The ES20's LP 4 hr mode is indeed 720x480, which can't be good for high action scenes.
The unit has a nearly identical GUI and most of the same setup options as the ES10. For example, there is switchable Line-In Noise Reduction (On, Off, Automatic) just like the ES10. It has the same Black Level adjustment settings for input and output, too. The playback MPEG DNR is switchable, as well.
The noise reduction circuit is reasonably effective, suppressing grain and chroma noise pretty well. How it compares to the JVC noise reduction filters, I don't know at this point. In the tests I ran above, I left it off.
The DMR-ES40V is also based on the LSI Logic DMN-8602.
Originally Posted by drmpeg
That's good to know... I was wondering if that was the case.
[quote="gshelley61"]Originally Posted by lordsmurf
Originally Posted by lordsmurf
* recorded on 100+ DVD+R from Fuji, Philips, TDK, and Staples with only 2-3 problems.
The ES20 does not record on +DL or +RW. I have not tried to record or playback from those discs yet - mainly because I don't have any
I purchased a ES20 from a local shop brand new. I bought it cause I heard / read how good the sync filters were on the ES10 - And since they dont make the ES10 anymore, I figured I would buy their upgraded model (just a little more than getting a used (out of date) 1 off fleabay). I checked on Panni's website, and they stated the identical "sync / dub filters" on both models...
However, I use this in my video chain coming off different VCRs, and as far as I can tell it does not do much to clean up the picture - flagging at the top. Maybe this is on certain tapes that I have not sene yet, but my results / tests were not even close to what LS raves about this box...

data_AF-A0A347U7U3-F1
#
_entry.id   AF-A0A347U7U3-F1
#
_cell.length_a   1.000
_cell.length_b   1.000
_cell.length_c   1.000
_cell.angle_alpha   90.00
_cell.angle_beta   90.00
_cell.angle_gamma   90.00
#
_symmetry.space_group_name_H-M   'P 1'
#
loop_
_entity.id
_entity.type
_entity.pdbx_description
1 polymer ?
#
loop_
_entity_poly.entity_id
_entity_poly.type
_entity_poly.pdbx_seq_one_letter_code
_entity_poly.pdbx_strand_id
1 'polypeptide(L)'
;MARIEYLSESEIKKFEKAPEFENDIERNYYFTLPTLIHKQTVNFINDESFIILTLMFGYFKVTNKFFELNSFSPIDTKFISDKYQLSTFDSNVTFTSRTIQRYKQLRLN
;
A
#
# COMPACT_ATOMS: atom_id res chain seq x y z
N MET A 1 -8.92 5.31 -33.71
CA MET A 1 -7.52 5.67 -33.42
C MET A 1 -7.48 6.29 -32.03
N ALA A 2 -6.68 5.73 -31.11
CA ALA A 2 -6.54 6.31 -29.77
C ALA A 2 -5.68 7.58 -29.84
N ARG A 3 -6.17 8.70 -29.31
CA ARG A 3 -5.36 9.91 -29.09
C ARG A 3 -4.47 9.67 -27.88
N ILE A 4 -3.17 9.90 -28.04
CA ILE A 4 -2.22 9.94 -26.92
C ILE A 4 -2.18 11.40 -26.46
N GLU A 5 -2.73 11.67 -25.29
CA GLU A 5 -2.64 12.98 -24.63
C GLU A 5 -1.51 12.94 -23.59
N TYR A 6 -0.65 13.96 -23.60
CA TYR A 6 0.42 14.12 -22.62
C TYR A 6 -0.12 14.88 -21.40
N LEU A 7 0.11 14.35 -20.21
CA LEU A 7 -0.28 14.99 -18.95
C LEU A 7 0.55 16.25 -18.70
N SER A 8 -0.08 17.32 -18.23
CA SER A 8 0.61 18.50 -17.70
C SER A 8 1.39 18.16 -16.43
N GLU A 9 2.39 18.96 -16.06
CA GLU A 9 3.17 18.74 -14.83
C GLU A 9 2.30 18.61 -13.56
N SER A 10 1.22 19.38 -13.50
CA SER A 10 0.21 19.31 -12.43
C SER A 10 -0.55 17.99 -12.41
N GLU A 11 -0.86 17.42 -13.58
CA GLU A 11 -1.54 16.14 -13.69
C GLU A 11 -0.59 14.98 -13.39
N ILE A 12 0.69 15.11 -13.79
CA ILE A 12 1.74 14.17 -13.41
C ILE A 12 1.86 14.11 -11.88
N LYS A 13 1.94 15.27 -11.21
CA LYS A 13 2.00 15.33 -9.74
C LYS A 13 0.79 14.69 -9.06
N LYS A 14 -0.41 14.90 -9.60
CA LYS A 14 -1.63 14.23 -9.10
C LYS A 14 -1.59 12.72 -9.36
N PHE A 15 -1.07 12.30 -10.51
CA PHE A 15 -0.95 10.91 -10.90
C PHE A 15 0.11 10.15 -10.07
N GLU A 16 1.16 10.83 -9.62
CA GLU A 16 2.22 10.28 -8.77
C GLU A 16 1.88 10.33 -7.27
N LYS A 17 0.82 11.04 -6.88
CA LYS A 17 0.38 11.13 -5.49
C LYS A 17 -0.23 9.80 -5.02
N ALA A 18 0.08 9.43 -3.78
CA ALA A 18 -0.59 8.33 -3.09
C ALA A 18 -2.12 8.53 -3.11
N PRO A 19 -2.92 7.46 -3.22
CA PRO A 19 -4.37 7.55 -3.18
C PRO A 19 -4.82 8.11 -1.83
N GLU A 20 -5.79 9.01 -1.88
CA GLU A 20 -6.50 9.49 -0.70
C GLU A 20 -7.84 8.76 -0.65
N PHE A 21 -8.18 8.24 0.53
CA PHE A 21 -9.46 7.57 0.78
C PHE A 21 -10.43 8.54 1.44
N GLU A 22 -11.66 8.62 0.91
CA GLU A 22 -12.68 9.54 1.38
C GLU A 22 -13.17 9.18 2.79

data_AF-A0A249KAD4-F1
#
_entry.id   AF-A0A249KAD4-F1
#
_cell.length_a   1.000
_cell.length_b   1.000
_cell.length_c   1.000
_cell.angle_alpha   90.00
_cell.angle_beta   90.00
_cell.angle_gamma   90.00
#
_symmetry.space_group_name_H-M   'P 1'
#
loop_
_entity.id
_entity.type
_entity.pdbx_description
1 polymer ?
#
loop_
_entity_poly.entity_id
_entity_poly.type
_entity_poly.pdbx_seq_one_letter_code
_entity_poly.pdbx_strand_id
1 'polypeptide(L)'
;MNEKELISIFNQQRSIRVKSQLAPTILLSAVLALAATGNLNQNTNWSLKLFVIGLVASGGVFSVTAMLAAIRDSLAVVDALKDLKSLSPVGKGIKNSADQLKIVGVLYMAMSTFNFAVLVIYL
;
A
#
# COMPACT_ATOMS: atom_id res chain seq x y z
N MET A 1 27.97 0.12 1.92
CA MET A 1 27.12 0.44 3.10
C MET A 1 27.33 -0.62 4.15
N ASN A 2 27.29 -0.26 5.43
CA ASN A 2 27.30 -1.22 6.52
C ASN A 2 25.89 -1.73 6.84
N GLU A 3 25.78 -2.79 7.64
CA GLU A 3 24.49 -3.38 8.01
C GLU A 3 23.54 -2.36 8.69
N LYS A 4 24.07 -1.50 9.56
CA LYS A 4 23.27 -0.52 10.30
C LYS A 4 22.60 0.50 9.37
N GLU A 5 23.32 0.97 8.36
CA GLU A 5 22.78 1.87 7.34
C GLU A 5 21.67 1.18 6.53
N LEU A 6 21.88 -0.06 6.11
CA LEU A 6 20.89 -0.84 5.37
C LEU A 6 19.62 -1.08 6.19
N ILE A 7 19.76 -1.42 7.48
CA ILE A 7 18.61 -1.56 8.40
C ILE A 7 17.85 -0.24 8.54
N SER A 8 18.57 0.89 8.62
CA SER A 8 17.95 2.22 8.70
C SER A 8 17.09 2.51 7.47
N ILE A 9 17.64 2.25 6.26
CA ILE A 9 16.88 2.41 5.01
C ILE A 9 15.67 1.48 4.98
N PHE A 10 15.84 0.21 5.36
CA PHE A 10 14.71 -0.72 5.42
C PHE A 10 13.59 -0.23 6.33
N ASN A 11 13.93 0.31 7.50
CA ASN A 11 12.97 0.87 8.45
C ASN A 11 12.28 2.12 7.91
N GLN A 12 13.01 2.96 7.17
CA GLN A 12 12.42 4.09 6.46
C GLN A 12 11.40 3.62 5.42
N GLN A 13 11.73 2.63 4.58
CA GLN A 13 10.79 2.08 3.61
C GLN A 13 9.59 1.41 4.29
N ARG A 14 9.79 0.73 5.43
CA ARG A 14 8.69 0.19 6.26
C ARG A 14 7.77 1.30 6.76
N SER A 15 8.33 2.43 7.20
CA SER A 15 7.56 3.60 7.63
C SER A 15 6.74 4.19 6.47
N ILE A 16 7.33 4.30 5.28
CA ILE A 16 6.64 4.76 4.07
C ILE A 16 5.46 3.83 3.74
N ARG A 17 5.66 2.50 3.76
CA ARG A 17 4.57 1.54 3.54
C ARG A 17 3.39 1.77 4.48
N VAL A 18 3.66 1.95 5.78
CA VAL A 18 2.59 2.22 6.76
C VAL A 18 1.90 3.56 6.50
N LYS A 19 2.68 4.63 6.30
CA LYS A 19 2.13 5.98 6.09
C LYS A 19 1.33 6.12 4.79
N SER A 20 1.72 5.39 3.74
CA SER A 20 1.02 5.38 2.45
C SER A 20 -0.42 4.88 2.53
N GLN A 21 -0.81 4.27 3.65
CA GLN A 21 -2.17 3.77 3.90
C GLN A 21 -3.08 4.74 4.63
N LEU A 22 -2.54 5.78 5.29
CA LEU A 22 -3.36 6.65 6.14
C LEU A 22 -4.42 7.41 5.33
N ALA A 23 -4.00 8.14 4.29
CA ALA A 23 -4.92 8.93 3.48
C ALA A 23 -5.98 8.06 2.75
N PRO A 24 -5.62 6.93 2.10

Yeah, it's becoming clear that ES10 and ES20 are dissimilar in a number of ways. Sync filters gone most likely, and LSI encoder used instead (but poorly implemented, given the 720x480 LP).
What we need is someone to build a DVD recorder with the sync filters from the Panasonic ES10, the input video proc amp and noise filtering adjustments of the Pioneer DVR-533, and the LSI encoder with hybrid VBR and FR recording capability of the JVC. May as well put a 250GB hard drive in it with frame accurate editing, too.
That would be sweet, but I would really just be happy with a standalone device (sync / dub filter) like the ES10's, without all the other crap attached to it. They could sell this thing by itself for a quarter, or even half the price.
If they can build this feature into that lame DVDr - Surely that can pull the chip set out, stick it in a small box, and run some S-video cables through it...
-I think we are just too small of a market-
Originally Posted by gshelley61
For all we know, this is why Panasonic took the hint about using LSI chipsets. We already know companies visit this forum.
The ES20 seems to clean up some VHS tapes at times, but I don't have an ES10 to compare to.
I accidentally made a VHS recording from an RF source with the RF cable half-way in. The recording on VHS was very noisy and too annoying ot watch. After recording it to DVD-RAM, it was visibly cleaner and more watchable. But I don't have any other DVD recorder to compare it to.
Sometimes when playing some VHS tapes right after a fast-forward-playback, the VCR has some interference junk at the bottom of the screen that recedes after 2-3 seconds. The ES20 does not remove those, but it cleans them up a bit, so you get cleaner junk I don't know what the proper VHS term is for that, so I call it "interference junk", which is probably not a good description.
So, is it the case, that for normal dvd recording, the ES20 is a better machine than the ES10? Or is there no difference?
Thanks in advance.
Originally Posted by ncaahoops
Evening everyone :P
I have been looking at the test pattern pic you posted for the:
** Panasonic DMR-ES10, s-video input, SP mode, Line-In NR Off
And, I can't help notice that it looks the closest to the original
THX pattern from your dvd disk.
IMHO, I would have to say that the ES10 does a better job at retaining
(or reproducing) the test pattern image to the closest detail. That
means, that the ES10 has a chip (IMO) that does better job on the
sub-sampling process than the ES20 chip's.
I read earlier in this topic, how it was suggested that the ES10
has a slightly more softer look. I don't agree. I think that they
both look the same, sharpness wise, but what might be overlooked, is